France's interior minister has warned rioters of stiff jail sentences for arson after a ninth night of violence in African and Arab communities.
The deaths of two teenagers of African origin triggered the unrest
Nicolas Sarkozy said setting cars on fire could "cost dear in terms of sentences" after a night which saw nearly 900 vehicles damaged.
He said the government was "unanimous about standing firm" against violence.
More unrest was reported on Saturday, with arson attacks in Essonne near Paris and Toulouse in the southwest.
Firefighters were called in to deal with a number of burning vehicles, two schools and a paper recycling facility outside the capital.
There were eight incidents involving cars in the southern city, France's fourth largest.
Earlier hundreds of people joined marches in Paris suburbs to protest against the violence.
In Aulnay-sous-Bois, which has seen some of the worst of the rioting, residents walked past burnt out vehicles and buildings with banners reading "No to violence" and "Yes to dialogue".
The suburb's mayor, Gerard Gaudron, appealed for calm outside a fire station which had come under attack.
But youths at the rally in the suburb's rundown Mitry estate predicted violence would continue until Mr Sarkozy resigned.
Later Prime Minister Dominique de Villepin met eight key ministers and the head of the Paris mosque, Dalil Boubakeur.
After the meeting, Mr Boubakeur urged a change in tone from the government.
"What I want from the authorities, from Mr Nicolas Sarkozy, the prime minister and senior officials are words of peace," he said.
Mr de Villepin has been holding a series of meetings with public figures and ordinary people from the affected areas as he seeks an end to the crisis.
Unrest began after the deaths of two youths in a rundown suburb of Paris.
Bouna Traore, 15, and Zyed Benna, 17, were accidentally electrocuted at an electricity sub-station in Clichy-sous-Bois after reportedly fleeing from police in an incident now being investigated.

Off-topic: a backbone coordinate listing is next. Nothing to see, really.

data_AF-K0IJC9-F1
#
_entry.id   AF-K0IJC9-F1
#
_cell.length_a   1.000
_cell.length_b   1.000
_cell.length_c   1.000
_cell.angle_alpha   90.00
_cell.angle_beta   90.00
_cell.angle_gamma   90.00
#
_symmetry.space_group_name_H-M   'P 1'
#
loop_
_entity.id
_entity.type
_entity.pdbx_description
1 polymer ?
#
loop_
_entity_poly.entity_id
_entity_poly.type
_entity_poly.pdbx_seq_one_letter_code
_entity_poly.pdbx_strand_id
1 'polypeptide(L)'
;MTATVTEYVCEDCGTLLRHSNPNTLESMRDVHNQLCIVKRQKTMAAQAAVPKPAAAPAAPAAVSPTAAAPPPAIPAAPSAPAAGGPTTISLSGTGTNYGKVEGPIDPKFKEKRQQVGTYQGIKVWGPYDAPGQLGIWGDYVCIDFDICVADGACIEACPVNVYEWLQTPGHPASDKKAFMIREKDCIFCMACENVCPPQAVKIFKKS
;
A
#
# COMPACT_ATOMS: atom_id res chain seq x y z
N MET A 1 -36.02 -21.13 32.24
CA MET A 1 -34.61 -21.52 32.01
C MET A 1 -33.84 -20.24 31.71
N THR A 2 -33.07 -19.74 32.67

Police arrested more than 250 people on Friday night as arsonists attacked nurseries and a school and unrest spread to Nice, Lille, Marseille and Toulouse.
Mr Sarkozy's much-quoted description of urban vandals as "rabble" (racaille) a few days before the riots began is said by many to have already created tension.
Reports of a police tear gas grenade hitting a mosque during the riots further inflamed feelings.
During Friday night's unrest rioters tended to avoid direct clashes with police, but arson attacks were widespread:
- Two nurseries, one in Yvelines and another in Bretigny-sur-Orgeand, were set on fire along with a school in Seine-et-Marne, the French news agency AFP reports
- A blaze in an underground car park in Suresnes, Hauts-de-Seine, left at least 36 vehicles destroyed
- An emergency services vehicle was attacked and burnt out in Meaux, Seine-et-Marne
- Several car torchings were reported in the cities of Dijon, Marseille and Rouen, as were violent attacks in Nice, Lille and Rennes.
Clichy-sous-Bois: Two teenagers die in electricity sub-station on 27 October. Successive nights of rioting follow rumours they were fleeing police. A number of people arrested or injured.
Aulnay-sous-Bois: A flashpoint after violence spread from Clichy. Shots fired at police and cars and shops set ablaze. Further trouble in eight nearby suburbs, with more shots fired at police.
Elsewhere in Paris: Reports of incidents in towns in the suburban departments of the Val-d'Oise, Seine-et-Marne and Yvelines. Reports of petrol bombs thrown at a police station in the Hauts-de-Seine.
Elsewhere in France: Rouen, Lille, Toulouse, Nice and Marseille all see violence on Friday night.